Forget About Your Process

by Peleg Top
If you think that your clients care about your process, or value you having a process, or if you think that displaying your process on your website will justify stronger positioning and lead to higher fees, think again. Your process is not a business development or a marketing tool.

Many design firms (and design firm owners for that matter) spend way too much time trying to define their process and then use that process as a business development tool or as part of their marketing. If you looked at ten agency websites and compared their process side by side you wouldn’t find too much difference in how they do what they do, but would find sophisticated words describing each part of their process.

Don’t get me wrong. I am not advocating that your process isn’t important. It is important and should be well defined. But your clients really don’t care about what your process is. Only you do.

If I was going to eat at a high-end restaurant, famous for its chef-owner, do I care about his process? Not really. What I care about is how the food is going to taste once I bite into it. The chef can have the most defined process of all chefs but if his food doesn’t make me feel like I’m falling in love every time I bite into it—the process is pretty much meaningless.

You are the famous chef of your agency. Your process is how you do what you do and your focus in getting clients to come through your doors is not to tell them how you cook but to let them taste your food.

What does your client care about? Themselves and their success. The problem is that your clients generally don’t really know what to look for in a design agency so they sometimes will ask you to tell them about your process. Don’t fall for it. They really don’t care. If a client asking “what is your process?” they are really asking “tell me what my business will look like after we work together.”

Your process is different for every one of your clients because every one of them is different. You’re not selling cookie cutter creativity, you are selling focused attention and guidance that is individually tailored to each of your clients. Don’t confuse your process with the stages of your work. The stages may be similar but your process isn’t.

When you meet with your prospect for that pitch meeting, don’t lead with your process. Lead with asking as many questions as you can so you can find out where your clients want to go. The more questions you ask, the more clarity you will gain on what process would work best for your client. Talk about results. Paint a picture to your client of what their business can look like after you’ve worked together. Get them excited and enrolled in working with you.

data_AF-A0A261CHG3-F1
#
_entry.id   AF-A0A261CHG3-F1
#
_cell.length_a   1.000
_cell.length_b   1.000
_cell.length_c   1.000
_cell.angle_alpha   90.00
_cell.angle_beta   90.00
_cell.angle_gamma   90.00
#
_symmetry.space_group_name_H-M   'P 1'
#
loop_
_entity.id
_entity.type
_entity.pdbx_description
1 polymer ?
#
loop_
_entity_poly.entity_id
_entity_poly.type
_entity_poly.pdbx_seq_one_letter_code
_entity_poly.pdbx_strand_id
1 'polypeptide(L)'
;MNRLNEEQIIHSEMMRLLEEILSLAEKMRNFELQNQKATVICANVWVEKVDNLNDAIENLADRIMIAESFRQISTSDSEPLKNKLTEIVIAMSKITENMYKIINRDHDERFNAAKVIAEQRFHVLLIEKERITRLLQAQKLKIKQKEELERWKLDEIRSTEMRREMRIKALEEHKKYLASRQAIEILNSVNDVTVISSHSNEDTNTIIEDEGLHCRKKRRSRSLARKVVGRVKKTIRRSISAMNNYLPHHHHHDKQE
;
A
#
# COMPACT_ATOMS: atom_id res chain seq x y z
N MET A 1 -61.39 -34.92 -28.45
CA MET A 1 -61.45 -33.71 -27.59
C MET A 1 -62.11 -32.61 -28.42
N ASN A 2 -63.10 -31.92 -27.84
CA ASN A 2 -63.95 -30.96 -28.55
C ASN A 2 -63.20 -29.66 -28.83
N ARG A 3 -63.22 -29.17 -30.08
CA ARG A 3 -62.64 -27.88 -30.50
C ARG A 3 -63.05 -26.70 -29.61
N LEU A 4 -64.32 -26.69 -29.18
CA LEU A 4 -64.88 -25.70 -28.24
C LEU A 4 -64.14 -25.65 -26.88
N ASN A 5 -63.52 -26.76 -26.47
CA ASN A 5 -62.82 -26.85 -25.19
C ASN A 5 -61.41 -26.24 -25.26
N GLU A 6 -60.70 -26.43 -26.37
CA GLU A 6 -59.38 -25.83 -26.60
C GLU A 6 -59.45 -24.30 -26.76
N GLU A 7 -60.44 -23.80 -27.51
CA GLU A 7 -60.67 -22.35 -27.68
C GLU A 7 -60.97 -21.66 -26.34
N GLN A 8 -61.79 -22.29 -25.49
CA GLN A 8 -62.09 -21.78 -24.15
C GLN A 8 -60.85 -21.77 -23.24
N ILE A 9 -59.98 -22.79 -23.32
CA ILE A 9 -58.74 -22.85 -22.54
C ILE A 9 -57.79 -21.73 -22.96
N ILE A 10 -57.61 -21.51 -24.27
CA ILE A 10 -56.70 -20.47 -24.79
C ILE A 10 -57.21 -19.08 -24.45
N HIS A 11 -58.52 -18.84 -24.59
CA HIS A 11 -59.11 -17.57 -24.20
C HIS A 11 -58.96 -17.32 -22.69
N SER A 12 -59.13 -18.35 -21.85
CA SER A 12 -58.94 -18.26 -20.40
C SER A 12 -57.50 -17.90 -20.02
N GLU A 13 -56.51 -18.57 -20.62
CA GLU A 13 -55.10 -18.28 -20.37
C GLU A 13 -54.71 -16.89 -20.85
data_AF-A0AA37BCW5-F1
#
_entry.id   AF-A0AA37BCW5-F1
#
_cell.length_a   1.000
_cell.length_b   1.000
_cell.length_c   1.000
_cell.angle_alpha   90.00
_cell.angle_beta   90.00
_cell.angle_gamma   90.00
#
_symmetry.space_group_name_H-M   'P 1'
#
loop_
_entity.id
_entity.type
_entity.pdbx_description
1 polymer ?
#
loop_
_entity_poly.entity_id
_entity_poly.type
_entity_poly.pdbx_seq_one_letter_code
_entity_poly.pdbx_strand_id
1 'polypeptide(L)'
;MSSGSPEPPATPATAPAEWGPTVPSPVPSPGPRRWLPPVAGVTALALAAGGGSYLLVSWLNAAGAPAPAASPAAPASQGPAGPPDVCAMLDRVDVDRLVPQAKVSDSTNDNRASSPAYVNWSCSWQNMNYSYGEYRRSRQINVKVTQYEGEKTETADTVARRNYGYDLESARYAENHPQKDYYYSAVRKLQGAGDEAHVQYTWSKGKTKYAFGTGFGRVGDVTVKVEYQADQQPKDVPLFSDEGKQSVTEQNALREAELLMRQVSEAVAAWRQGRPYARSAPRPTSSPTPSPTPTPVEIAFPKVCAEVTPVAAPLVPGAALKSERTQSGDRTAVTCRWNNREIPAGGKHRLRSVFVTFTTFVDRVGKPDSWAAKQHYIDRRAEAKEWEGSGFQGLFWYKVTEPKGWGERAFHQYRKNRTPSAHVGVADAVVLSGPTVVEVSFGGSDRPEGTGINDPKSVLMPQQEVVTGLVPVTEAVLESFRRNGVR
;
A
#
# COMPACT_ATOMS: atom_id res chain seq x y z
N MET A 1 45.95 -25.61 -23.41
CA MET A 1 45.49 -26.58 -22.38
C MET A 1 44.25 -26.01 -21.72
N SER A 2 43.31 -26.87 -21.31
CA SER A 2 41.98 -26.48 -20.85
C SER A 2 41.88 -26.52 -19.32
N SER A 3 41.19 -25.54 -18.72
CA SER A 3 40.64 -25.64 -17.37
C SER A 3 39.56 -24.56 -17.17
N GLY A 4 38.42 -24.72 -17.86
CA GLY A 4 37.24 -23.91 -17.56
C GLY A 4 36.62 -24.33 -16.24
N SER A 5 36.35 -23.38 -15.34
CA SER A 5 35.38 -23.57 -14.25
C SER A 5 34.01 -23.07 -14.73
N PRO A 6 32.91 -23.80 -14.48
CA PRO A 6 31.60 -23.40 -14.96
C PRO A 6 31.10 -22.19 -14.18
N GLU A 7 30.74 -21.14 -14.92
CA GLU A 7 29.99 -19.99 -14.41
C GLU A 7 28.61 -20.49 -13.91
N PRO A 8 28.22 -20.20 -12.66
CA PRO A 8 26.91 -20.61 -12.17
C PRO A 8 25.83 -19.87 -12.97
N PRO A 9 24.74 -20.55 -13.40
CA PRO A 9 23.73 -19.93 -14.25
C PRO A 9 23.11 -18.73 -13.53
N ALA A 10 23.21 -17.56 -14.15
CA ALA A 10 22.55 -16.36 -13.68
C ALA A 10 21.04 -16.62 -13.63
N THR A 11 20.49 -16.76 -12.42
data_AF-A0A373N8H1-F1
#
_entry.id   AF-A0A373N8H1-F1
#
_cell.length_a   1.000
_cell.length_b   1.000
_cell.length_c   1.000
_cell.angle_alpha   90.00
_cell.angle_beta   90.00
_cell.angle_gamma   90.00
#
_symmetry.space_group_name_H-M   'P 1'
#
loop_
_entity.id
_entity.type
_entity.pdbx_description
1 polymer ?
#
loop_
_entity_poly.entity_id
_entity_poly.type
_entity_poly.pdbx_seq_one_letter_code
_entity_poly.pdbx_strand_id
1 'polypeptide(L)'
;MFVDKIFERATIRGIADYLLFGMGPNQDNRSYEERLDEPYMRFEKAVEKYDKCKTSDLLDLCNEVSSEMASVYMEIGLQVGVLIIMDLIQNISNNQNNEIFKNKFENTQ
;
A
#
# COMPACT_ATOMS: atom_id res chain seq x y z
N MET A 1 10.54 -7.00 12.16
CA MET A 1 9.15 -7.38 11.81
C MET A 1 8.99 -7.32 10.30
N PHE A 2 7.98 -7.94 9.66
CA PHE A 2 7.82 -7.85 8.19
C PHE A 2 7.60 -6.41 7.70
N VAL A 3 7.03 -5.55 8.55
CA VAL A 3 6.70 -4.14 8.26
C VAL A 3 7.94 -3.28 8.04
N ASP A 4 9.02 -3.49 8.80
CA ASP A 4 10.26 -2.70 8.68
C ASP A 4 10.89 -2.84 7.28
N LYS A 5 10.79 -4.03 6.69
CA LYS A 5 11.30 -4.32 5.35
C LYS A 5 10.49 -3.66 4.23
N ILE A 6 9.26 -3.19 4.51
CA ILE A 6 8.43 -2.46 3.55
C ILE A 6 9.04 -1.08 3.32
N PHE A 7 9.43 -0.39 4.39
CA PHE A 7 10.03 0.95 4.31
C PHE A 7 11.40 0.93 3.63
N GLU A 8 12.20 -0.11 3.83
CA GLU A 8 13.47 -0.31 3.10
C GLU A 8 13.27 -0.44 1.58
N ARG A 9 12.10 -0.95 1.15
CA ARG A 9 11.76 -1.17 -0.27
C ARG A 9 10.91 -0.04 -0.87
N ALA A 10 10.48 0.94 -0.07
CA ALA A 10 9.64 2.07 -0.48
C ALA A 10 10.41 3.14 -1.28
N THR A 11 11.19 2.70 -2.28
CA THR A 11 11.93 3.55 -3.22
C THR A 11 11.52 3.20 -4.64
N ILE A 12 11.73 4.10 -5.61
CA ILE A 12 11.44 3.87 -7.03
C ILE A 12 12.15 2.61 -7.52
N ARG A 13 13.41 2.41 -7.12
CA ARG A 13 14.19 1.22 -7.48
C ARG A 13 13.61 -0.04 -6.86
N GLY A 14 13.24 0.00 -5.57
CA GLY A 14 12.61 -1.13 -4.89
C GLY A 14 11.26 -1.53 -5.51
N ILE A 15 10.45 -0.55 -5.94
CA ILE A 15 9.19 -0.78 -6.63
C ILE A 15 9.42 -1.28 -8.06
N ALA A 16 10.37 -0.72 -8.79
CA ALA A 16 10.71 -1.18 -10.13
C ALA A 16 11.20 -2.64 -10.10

Focus on the benefits and results of working with you, and you won’t need process to convince the client to make the decision to hire you. Show them what’s possible—and how your creative thinking can take them where they want to go.

Many, if not all, design process models are the same.

If you looked at ten agency websites and compared their process side by side you wouldn’t find too much difference in how they do what they do, but would find sophisticated words describing each part of their process.

Quick Tips
1. Focus more on what you client needs, less on your process.

2. When you meet your client-to-be for the first time, have a minimum of 20 questions to ask them.

3. When you present your process, make sure it’s tied directly to deliverables.

Dig Deeper!
1. If you are in the Boston area, join Peleg Top for a one day Creative Agency Mastermind Roundtable where 16 creative agency owners meet and share from their experience on everything business related. From pricing to marketing to clients and staff, you’ll get a one-of-a-kind chance to learn from the best and share from your experience.

2. Read The Joy of Selling by Steve Chandler—forget the process and focus on learning to sell your work from a place of joy. Yes, that IS possible.

6 thoughts on “Forget About Your Process

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  3. Dana

    After reading this article, I was slightly offended as a designer. I believe clients are interested in the process we take to create an identity for them and if they aren’t then you are working for the wrong types of people. What I got from this article is that your main goal as a designer is to just get clients, not to experiment and create high levels of design. I think this is the difference between design and advertising. Advertising tends to be much more fast pasted and about quantity and getting the final product out there quickly for the client. Designers take a step back and take in the whole picture to create the best solution possible.

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